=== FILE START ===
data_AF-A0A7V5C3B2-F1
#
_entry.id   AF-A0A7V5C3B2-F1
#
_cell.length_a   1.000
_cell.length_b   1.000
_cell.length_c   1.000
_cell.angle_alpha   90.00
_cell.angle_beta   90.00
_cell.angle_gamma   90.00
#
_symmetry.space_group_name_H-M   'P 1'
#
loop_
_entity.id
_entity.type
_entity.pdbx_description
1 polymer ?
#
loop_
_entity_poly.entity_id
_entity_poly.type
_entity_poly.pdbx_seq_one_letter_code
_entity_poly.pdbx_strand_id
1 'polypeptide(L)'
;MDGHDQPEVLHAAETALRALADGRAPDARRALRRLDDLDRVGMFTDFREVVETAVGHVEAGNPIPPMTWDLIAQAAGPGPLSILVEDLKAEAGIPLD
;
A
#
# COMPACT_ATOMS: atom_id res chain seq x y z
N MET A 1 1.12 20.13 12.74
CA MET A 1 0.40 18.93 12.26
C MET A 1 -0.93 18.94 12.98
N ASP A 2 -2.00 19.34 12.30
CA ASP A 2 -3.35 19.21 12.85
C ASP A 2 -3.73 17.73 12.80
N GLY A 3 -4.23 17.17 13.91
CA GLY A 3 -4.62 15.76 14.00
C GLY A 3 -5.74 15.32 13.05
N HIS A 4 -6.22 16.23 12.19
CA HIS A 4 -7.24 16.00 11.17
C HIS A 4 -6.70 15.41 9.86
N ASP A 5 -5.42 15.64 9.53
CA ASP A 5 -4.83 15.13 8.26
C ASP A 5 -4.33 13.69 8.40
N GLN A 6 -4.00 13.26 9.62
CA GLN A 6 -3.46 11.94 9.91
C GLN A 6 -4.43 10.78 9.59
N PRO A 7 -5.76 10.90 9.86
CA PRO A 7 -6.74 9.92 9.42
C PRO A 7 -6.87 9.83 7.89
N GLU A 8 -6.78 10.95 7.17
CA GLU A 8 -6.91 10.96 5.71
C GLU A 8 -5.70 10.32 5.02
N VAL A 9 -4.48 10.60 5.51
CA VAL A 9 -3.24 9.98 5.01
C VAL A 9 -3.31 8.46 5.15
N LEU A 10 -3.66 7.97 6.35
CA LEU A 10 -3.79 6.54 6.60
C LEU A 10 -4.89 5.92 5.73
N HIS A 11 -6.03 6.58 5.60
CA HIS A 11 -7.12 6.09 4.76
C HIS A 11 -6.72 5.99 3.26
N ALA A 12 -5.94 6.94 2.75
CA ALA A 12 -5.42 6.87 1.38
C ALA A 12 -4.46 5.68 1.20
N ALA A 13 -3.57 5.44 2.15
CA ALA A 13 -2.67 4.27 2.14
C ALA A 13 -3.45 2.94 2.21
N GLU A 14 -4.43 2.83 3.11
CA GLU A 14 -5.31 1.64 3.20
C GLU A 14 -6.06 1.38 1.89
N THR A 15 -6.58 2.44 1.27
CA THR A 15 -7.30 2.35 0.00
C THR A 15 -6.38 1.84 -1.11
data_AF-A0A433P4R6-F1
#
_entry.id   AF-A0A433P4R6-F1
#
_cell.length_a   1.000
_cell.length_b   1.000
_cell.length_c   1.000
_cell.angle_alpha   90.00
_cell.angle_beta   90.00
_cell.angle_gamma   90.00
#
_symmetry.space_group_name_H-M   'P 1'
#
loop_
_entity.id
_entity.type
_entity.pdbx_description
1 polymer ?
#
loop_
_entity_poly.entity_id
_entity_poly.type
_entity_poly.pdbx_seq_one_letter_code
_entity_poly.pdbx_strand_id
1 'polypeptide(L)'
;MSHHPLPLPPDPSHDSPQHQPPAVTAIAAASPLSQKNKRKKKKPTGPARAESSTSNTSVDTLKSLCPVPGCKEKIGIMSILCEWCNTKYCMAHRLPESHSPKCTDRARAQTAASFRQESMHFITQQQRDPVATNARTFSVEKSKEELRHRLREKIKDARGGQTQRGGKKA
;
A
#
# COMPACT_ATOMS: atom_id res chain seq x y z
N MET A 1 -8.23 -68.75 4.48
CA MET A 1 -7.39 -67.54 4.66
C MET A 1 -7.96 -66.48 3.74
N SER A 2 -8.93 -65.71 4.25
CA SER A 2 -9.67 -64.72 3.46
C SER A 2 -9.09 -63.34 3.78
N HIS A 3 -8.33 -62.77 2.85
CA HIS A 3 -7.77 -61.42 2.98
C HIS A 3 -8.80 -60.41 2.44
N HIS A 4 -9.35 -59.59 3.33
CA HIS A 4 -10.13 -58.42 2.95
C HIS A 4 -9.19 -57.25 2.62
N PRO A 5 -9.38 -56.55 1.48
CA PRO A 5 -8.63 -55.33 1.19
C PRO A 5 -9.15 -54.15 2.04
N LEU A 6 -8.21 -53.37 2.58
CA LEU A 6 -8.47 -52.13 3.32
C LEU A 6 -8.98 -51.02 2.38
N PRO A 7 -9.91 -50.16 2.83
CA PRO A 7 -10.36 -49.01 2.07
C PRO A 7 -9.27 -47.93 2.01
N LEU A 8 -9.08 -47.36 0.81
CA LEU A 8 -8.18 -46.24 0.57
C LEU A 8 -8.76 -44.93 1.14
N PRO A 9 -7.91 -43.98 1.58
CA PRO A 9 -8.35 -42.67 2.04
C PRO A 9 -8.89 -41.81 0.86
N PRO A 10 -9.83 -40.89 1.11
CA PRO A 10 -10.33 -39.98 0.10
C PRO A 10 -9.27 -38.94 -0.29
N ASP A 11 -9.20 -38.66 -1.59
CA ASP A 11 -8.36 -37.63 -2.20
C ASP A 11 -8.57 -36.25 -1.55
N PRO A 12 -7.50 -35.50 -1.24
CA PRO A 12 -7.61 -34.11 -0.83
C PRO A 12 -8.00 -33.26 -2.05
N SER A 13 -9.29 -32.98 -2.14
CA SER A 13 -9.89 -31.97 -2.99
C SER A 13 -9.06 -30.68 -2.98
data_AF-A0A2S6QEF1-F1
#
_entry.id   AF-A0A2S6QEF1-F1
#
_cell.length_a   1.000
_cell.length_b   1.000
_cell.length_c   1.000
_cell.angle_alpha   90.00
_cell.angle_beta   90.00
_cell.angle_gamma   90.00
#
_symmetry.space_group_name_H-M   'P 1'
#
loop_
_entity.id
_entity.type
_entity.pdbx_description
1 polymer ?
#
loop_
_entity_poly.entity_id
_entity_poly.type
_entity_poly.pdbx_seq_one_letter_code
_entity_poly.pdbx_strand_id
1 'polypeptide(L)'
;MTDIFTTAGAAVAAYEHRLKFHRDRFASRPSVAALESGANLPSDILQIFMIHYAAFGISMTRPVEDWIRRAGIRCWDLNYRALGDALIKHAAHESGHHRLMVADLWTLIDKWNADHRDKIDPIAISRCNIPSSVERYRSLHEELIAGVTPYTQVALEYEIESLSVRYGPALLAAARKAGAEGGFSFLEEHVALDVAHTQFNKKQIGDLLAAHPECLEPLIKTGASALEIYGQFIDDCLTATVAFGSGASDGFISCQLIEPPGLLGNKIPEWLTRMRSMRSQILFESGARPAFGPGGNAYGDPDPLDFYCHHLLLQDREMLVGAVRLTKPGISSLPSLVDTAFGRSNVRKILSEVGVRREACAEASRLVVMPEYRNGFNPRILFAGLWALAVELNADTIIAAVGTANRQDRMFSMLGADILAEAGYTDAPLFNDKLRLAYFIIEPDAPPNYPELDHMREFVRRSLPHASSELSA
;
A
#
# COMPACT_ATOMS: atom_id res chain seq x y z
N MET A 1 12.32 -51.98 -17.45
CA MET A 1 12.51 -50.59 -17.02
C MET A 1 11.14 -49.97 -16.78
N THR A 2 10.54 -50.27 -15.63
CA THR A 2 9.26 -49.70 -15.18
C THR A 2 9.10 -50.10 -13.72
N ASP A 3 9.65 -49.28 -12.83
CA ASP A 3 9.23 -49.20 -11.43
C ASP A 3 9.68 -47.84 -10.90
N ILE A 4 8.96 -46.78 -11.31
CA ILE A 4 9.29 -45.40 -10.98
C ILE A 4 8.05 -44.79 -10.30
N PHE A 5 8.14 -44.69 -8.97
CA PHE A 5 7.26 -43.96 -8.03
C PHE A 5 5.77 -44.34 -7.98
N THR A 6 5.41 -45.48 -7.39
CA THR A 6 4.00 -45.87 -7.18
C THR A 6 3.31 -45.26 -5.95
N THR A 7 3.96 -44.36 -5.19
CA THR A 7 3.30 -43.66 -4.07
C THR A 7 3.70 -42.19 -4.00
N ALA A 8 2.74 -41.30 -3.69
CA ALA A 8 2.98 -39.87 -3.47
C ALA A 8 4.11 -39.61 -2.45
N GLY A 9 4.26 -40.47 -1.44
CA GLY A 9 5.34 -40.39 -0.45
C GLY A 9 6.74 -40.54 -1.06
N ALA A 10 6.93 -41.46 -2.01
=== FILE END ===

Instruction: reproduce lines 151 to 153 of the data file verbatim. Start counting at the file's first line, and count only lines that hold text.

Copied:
_cell.length_c   1.000
_cell.angle_alpha   90.00
_cell.angle_beta   90.00